The House of Lords discusses arms sales and the war in Yemen
In regards to a statement regarding the ongoing war in Yemen and the UK's arms sales to the Saudi-led coalition, the following question was recently asked in the House of Lords.
Lord Collins of Highbury (Shadow Spokesperson Foreign and Commonwealth Affairs, Shadow Spokesperson International Development) asked on 7th November 2017
"Everyone would agree that the Houthi missile strike was totally unacceptable, but we also now face a blockade affecting hundreds of thousands of people. Some 800,000 people now suffer from cholera in Yemen. It is the biggest humanitarian crisis we face. Does the Minister agree that the blockade is unlawful and that it is some form of collective punishment against innocent people? In these circumstances, will the Government reconsider their position of arms sales to the Saudis until this matter is brought to a peaceful conclusion?"
To which Lord Bates (Minister of State, Department of International Development) replied:
"I thank the noble Lord for his questions. He is right about the situation on the ground in Yemen. It is horrendous. The cholera outbreak he referred to is the worst on record. It is appalling. Nearly 6.8 million people face extreme food shortages. Some 400,000 children aged under five suffer severe acute malnutrition and may die without treatment. This is a man-made catastrophe and it requires a man-made solution.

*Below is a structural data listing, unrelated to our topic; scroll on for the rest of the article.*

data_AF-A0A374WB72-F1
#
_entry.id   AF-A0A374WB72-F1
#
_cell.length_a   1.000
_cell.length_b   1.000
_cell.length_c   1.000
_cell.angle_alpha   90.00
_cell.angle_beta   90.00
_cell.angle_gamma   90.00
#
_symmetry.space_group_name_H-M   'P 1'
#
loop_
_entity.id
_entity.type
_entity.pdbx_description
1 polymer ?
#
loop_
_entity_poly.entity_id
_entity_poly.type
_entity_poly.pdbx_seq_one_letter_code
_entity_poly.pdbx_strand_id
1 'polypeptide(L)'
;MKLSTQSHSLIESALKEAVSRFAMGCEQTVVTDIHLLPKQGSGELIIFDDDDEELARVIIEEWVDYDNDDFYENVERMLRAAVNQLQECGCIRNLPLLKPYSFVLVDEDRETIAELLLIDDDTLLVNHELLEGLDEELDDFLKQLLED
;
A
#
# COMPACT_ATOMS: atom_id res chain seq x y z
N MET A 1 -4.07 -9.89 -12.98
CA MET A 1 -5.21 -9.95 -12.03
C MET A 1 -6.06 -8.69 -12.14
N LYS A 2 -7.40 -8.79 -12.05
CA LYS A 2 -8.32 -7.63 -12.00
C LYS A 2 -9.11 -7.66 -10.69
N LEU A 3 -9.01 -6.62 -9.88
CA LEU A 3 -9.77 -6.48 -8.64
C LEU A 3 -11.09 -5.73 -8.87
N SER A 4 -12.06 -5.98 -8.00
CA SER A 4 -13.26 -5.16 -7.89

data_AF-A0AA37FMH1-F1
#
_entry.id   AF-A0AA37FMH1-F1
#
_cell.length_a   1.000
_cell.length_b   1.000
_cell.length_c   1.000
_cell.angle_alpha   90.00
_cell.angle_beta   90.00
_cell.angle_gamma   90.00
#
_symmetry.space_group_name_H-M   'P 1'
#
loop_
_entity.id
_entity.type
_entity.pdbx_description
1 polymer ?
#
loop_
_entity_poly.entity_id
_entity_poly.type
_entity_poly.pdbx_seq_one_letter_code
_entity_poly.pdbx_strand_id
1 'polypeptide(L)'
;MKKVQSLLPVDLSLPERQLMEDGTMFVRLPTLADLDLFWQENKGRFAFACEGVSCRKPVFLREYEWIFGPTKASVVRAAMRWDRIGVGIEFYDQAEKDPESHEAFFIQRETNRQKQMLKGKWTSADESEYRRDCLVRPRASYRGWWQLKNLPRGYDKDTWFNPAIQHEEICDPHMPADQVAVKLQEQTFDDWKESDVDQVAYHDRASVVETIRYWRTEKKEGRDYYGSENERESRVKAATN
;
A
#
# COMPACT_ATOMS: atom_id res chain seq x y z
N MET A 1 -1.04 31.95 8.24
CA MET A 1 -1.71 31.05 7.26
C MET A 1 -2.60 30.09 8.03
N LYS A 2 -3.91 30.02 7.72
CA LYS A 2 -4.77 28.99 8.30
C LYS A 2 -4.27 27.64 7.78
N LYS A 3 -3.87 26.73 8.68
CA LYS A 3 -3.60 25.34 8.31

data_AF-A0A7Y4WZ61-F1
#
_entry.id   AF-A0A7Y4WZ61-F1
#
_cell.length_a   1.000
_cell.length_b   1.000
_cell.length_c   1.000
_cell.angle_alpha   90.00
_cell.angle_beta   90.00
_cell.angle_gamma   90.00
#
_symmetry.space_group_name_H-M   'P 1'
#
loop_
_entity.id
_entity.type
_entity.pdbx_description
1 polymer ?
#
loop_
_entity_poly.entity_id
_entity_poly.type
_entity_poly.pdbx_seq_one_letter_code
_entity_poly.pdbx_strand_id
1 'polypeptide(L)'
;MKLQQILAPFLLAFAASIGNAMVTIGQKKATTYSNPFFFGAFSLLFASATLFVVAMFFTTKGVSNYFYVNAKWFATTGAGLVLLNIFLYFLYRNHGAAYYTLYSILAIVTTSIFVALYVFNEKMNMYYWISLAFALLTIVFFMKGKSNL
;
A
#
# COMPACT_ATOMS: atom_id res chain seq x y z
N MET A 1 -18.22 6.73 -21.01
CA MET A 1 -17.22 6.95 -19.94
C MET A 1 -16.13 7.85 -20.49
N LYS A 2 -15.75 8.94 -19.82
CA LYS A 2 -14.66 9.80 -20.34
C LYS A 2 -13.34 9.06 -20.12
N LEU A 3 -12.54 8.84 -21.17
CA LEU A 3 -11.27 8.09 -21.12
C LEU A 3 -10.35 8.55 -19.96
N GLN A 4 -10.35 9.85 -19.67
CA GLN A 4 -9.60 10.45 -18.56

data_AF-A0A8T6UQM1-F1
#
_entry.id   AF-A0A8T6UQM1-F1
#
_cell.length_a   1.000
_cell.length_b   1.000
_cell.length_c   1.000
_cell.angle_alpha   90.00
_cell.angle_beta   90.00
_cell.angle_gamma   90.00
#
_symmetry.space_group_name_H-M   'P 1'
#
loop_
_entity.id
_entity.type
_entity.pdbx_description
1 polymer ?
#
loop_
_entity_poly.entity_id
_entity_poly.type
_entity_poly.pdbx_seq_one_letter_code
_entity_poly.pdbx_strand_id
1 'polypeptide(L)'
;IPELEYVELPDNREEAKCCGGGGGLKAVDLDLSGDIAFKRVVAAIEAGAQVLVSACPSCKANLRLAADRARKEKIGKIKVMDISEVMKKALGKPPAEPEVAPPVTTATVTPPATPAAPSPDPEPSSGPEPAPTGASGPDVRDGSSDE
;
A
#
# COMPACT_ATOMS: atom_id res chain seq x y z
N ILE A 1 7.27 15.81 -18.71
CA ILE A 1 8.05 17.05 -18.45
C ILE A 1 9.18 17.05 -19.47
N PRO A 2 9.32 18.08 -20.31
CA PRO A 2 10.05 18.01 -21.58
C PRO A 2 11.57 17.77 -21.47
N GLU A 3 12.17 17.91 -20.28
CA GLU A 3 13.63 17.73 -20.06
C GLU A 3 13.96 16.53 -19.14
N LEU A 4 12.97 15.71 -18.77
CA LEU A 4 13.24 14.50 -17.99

On working towards a solution, as I said in the Statement, we hold the pen on this at the UN Security Council. There is a quad meeting made up of the US, the UK, the Kingdom of Saudi Arabia and the United Arab Emirates. They met under the chairmanship of my right honourable friend Alistair Burt in New York and a couple of weeks ago in London. We believe that that pursuit of a peaceful settlement is the best solution.
The UK Government take their arms export licensing responsibilities very seriously and operate one of the most robust arms export control regimes in the world. All export licences are assessed on a case-by-case basis against a consolidated EU and national arms export licensing criterion. That said, we recognise that we need a solution. We need talks to recommence between the parties because, as in all conflicts, the parties to the conflict need to be the parties to the peace."
ICFUAE urges the UK government to reconsider their position regarding arms sales to repressive regimes, including the UAE, especially when these arms are used to carry out human rights violations and commit war crimes.